One of the many things I did not know about DS (before I had you) is that it is characterized by low muscle tone. That means that every single muscle in your entire body has to work harder than, say, the corresponding muscles in my body. So what does that mean?
It means that, when you try to wear flip flops, the little muscles in your toes can't quite hold them on your feet. In fact, we went shoe shopping today, and supportive shoes are a must for you.
It means that, when you are running and playing with your friends, you are using up way more energy and getting more tired. When people judge me for picking you up sometimes, they might want to consider that you might be more tired than their kids.
It means that your tongue is not as strong as mine. Did you all know that we use our muscles to keep our tongues in our mouths? If they are not as strong, they will hang out, so, contrary to popular belief, people with Down Syndrome don't have "bigger tongues" that those without.
It means that the muscles in your eyes have trouble focusing. That's why you wear bi-focals (I get this question all of the time, so I thought I'd answer it).
It means that you have a tough time rotating your wrist and, therefore, using a spoon or fork.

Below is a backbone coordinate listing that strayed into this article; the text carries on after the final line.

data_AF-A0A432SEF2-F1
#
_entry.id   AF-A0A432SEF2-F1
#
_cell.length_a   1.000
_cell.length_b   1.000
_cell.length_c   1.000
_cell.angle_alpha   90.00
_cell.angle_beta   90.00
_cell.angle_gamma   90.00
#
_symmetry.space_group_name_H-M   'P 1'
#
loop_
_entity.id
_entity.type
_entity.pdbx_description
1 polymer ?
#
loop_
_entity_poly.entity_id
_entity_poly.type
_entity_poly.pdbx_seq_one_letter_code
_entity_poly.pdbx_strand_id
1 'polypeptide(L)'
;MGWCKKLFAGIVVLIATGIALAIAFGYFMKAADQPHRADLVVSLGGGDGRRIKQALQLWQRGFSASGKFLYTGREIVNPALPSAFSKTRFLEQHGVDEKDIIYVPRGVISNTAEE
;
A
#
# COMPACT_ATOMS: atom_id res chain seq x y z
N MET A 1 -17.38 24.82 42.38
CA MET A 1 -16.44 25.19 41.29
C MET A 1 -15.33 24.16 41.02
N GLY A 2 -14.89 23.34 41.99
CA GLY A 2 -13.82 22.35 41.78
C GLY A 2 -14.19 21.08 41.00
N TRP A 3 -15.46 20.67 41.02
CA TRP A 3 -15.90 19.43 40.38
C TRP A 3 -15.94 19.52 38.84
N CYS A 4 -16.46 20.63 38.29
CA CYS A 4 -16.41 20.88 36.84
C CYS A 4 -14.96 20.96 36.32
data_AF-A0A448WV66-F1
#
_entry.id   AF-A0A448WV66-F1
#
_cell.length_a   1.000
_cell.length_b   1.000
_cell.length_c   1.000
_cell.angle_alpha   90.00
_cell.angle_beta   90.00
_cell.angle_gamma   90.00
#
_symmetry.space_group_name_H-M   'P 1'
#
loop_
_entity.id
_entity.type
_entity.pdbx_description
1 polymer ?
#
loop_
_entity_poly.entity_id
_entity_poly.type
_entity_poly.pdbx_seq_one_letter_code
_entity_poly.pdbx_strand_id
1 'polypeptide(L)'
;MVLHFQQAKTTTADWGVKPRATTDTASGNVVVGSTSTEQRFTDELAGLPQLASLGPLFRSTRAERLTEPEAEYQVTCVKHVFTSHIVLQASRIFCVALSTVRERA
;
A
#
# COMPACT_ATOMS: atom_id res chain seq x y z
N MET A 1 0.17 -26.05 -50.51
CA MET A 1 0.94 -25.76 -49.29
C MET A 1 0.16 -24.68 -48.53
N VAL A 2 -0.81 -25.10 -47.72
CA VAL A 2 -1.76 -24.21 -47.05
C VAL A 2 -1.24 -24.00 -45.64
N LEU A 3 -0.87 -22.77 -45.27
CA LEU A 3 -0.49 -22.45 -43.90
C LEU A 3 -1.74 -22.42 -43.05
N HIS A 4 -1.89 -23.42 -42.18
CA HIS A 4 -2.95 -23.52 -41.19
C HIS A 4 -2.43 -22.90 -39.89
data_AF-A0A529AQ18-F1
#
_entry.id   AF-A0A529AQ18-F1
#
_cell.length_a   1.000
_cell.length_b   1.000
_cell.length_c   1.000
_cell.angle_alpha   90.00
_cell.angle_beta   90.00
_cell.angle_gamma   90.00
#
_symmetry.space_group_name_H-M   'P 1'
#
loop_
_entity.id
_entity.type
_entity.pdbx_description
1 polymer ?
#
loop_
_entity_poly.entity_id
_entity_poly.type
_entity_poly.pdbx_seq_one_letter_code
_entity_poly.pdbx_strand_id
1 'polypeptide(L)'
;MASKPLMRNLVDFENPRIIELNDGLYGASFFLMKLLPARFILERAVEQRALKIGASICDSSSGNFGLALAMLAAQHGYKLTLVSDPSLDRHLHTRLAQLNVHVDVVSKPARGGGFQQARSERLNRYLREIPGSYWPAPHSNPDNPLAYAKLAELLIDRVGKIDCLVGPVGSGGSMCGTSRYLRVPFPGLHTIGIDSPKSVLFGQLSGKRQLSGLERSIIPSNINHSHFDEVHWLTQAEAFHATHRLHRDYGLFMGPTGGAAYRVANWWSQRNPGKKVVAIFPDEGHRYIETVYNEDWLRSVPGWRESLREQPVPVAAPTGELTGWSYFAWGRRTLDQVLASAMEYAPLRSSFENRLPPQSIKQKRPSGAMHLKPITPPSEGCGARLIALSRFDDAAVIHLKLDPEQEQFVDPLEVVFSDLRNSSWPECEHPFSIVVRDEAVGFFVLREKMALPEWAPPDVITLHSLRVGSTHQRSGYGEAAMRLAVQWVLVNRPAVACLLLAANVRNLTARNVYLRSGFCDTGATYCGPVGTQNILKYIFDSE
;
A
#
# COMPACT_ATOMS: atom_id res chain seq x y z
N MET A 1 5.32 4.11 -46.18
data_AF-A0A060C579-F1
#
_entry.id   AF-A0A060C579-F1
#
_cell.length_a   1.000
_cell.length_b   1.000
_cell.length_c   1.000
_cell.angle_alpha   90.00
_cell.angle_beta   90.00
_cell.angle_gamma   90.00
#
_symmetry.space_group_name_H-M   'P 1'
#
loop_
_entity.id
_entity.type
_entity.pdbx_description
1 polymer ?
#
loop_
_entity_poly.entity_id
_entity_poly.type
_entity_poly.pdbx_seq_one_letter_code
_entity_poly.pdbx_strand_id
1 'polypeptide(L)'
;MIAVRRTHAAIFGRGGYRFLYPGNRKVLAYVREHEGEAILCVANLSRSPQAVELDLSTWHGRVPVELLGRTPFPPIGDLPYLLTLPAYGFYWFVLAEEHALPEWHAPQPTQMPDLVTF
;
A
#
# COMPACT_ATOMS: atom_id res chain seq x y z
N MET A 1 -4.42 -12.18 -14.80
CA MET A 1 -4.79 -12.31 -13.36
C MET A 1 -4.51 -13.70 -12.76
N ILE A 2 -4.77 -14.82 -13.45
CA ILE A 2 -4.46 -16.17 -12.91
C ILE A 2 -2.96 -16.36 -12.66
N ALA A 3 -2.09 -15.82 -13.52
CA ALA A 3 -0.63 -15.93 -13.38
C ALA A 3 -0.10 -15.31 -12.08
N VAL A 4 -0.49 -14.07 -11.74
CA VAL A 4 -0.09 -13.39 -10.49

It means that it's hard for you to jump because, again, jumping uses lots of different foot muscles. In fact, you wore an orthotic device when you were little and learning to walk:
It also means that your friends in Special Olympics kick some ass. For instance, your friend Elizabeth Carpenter has won multiple medals in swimming, which is just freakin' impressive. And then look at these athletes, running triathlons, something I only aspire to do someday.
I have so much more respect for Special Olympics than I ever did before, and seeing how hard you work to run and play and never, ever give up gives me the stamina I'm gonna need to run my final FULL MARATHON for LuMind Research Down Syndrome Runners. In fact, you heard it here first, folks: I will be running one in the spring, most likely the Rock and Roll Washington DC Marathon! Not to sound cheesy, but every time you learn something, like how to rotate your wrist or how to jump or how to skip, I think about how hard you have worked to get to that milestone, and how hard I am willing to work to give you the absolute best quality of life you can have. It's important to me that RDS is not trying to "cure" Down Syndrome (who would want that??!) but to come up with more comprehensive therapies and ideas so that people with DS can maximize their potential. And, if 98% of life is "showing up" and if hard work means so much more than raw talent, I think that potential is huge.